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View Poll Results: Excluding Soc Sec, what is/will be your PRIMARY retirement income approach?
SWR/Constant percentage approach 54 35.53%
Supplementing with part-time/sporadic work income as needed 4 2.63%
Norwegian widow, spend dividends & gains, leave principal untouched 14 9.21%
Time based segments, Buckets of Money, Grangaard, etc. 8 5.26%
Essential vs discretionary income, safe investments for essential 4 2.63%
Pension, annuity etc. 63 41.45%
Passive income, from spouse, family, business ownership, etc. 5 3.29%
Voters: 152. You may not vote on this poll

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Poll: Primary Retirement Income Source
Old 12-05-2010, 01:55 PM   #1
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Poll: Primary Retirement Income Source

Comments/caveats:
  1. Soc Sec is not an option because it's almost universal, and a part of most everyone's retirement income. If Soc Sec is your primary source of retirement income, please choose the Pension/Annuity option.
  2. Flexibility seems to be an essential ingredient to any successful retirement income plan, that's understood and assumed for all poll answers (including SWR).
  3. Using various sources is also probably very common, that's understood and assumed with all poll answers as well.
  4. I have deliberately left off OTHER as an option, though there may be others.
The question is what is/will be your PRIMARY source of retirement income as you know it today?

Let's see how long it takes someone to point out an option or caveat I've missed...
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Old 12-05-2010, 02:41 PM   #2
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Thanks for your pre-poll in the other thread. I took your suggestion and voted that my primary income source was the Norwegian widow variety.
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Old 12-05-2010, 02:53 PM   #3
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I don't see the poll?
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Old 12-05-2010, 03:00 PM   #4
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Quote:
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I don't see the poll?
That's grammatically interesting. Are you asking us whether you see the poll? Or are you saying you don't see the poll and asking: "What's going on here?"
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Old 12-05-2010, 03:41 PM   #5
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Found it. I believe you left out one very important source- spend dividends and real interest, but not gains.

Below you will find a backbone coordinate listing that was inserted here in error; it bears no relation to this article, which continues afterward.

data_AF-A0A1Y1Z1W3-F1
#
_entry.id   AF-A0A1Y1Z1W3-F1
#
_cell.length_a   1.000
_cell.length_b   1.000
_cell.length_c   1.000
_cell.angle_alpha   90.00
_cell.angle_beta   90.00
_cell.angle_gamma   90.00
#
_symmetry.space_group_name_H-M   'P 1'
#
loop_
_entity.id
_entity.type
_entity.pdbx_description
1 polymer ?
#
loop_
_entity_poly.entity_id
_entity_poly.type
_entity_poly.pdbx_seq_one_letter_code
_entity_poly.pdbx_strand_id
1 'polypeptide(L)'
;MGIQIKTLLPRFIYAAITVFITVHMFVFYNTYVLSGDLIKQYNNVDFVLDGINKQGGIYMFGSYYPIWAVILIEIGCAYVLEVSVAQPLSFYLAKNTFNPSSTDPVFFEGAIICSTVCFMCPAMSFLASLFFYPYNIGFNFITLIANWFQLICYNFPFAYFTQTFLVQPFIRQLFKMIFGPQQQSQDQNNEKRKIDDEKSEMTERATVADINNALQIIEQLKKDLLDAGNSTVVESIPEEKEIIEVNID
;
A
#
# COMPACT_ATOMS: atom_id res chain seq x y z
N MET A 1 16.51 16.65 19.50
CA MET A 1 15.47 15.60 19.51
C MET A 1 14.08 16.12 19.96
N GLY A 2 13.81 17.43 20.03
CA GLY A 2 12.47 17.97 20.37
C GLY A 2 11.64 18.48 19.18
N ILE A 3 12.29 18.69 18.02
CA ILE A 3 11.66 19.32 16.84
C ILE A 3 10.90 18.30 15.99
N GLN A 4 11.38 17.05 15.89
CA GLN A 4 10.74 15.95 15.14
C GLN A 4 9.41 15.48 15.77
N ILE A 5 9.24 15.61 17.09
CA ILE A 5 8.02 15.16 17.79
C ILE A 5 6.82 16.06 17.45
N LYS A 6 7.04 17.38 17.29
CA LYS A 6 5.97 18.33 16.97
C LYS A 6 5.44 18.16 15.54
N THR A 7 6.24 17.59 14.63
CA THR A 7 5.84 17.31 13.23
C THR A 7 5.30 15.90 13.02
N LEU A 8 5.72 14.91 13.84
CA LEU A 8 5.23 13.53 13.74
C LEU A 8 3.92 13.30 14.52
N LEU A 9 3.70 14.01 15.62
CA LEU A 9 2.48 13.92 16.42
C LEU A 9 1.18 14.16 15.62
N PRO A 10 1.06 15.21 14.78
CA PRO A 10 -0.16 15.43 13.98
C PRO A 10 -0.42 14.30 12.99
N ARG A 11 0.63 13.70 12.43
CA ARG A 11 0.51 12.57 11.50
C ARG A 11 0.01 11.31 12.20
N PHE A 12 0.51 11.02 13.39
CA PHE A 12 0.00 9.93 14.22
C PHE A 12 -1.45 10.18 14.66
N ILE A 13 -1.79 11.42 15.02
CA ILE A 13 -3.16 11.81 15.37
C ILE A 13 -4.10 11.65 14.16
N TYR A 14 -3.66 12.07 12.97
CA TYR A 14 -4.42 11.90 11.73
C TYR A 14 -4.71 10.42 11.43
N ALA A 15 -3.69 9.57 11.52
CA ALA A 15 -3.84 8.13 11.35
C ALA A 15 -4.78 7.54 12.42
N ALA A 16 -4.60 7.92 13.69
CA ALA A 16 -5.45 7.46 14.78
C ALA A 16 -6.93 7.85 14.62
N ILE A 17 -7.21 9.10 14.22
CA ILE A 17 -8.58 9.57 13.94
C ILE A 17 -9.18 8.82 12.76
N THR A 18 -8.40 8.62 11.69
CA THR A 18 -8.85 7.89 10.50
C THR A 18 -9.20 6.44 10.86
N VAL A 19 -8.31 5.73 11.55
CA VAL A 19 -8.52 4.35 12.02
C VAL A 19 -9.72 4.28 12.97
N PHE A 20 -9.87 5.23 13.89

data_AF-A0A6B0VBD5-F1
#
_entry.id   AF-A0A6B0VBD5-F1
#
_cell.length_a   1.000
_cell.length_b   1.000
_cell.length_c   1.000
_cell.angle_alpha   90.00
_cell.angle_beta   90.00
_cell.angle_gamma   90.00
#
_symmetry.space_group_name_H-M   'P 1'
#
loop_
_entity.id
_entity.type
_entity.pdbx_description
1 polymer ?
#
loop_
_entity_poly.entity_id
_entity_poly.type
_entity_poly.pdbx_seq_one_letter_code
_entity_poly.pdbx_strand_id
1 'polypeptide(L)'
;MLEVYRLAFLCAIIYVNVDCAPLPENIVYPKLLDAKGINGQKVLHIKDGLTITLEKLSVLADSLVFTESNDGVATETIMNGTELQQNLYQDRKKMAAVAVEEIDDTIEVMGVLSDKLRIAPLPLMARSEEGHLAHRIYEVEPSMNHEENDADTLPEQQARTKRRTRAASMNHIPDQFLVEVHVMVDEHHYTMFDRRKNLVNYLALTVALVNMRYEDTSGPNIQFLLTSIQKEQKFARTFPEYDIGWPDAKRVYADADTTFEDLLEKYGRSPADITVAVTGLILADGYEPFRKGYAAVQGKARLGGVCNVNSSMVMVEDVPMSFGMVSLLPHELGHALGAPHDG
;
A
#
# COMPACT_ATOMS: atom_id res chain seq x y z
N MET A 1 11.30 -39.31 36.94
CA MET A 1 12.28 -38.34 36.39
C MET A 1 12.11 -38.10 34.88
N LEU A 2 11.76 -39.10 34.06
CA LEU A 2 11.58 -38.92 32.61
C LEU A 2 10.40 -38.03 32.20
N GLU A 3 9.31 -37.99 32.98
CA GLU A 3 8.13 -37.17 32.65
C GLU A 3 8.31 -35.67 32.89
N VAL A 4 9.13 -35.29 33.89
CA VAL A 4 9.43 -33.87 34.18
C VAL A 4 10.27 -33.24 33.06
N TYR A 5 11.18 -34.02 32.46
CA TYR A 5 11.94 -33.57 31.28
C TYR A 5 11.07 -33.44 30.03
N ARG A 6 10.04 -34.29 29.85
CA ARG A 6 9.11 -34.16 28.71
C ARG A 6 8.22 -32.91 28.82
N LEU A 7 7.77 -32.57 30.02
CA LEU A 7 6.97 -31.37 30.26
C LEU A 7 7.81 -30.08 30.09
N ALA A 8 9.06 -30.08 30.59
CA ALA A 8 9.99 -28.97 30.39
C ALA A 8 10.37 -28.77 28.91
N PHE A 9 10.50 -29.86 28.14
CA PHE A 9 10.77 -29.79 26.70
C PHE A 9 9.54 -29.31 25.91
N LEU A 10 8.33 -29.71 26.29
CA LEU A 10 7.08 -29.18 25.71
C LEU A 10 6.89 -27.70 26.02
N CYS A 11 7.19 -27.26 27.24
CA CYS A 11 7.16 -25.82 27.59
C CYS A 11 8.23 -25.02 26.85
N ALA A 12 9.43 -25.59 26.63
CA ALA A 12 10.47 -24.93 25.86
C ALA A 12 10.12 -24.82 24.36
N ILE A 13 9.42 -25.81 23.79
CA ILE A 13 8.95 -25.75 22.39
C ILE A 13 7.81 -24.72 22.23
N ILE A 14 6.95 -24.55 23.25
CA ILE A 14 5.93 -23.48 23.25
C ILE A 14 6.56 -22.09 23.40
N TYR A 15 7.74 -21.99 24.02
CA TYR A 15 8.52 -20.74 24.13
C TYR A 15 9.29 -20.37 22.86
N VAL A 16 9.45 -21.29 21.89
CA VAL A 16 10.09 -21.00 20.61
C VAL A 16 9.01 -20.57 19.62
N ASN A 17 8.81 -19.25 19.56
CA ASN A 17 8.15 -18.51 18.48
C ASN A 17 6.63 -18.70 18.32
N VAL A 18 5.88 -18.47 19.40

In a real sense, you cannot spend gains and keep principle intact. One can only imagine doing this he confuses real principle with nominal value of that principle.

For example, how could you spend income and gains without winding up with fewer shares? If you have fewer shares, you have a smaller part of an earning enterprise -no matter at what price that smaller part is currently priced.

Ha
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Old 12-05-2010, 03:46 PM   #6
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I had to read the Grangaard strategy paper to answer the poll, and in fact, the paper puts into words the approach that I have been thinking of taking, more or less. However, none of these approaches discusses the sequence of tax sheltered and non tax sheltered portfolios.

Another problem I had was that the poll mixes income sources and strategies.
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Old 12-05-2010, 03:47 PM   #7
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Quote:
Originally Posted by haha View Post
... how could you spend income and gains without winding up with fewer shares?
Assuming that one is lucky enough to "buy low sell high rinse repeat", he would have more shares.

Oops. Make it "rebalancing" to be PC here. Yes, would rebalancing not get one more shares over time?
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Old 12-05-2010, 03:50 PM   #8
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Quote:
Originally Posted by haha View Post
Found it. I believe you left out one very important source- spend dividends and real interest, but not gains.

In a real sense, you cannot spend gains and keep principle intact. One can only imagine doing this he confuses real principle with nominal value of that principle.

For example, how could you spend income and gains without winding up with fewer shares? If you have fewer shares, you have a smaller part of an earning enterprise -no matter at what price that smaller part is currently priced.

Ha
Yes, I agree. I am not selling shares to live on, but only to rebalance as needed. My withdrawal from my taxable account each January is based only on dividends earned in the previous year plus a tiny bit of money market interest, not on principle or capital gains.
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Old 12-05-2010, 03:53 PM   #9
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Pension, annuity etc.

Our primary source will be a non-COLA pension with 401k, Roths and taxable funds used in a sort of bucket approach to supplement pension and as inflation protection.

SS will be taken at whatever point it is most advantageous regarding future rules.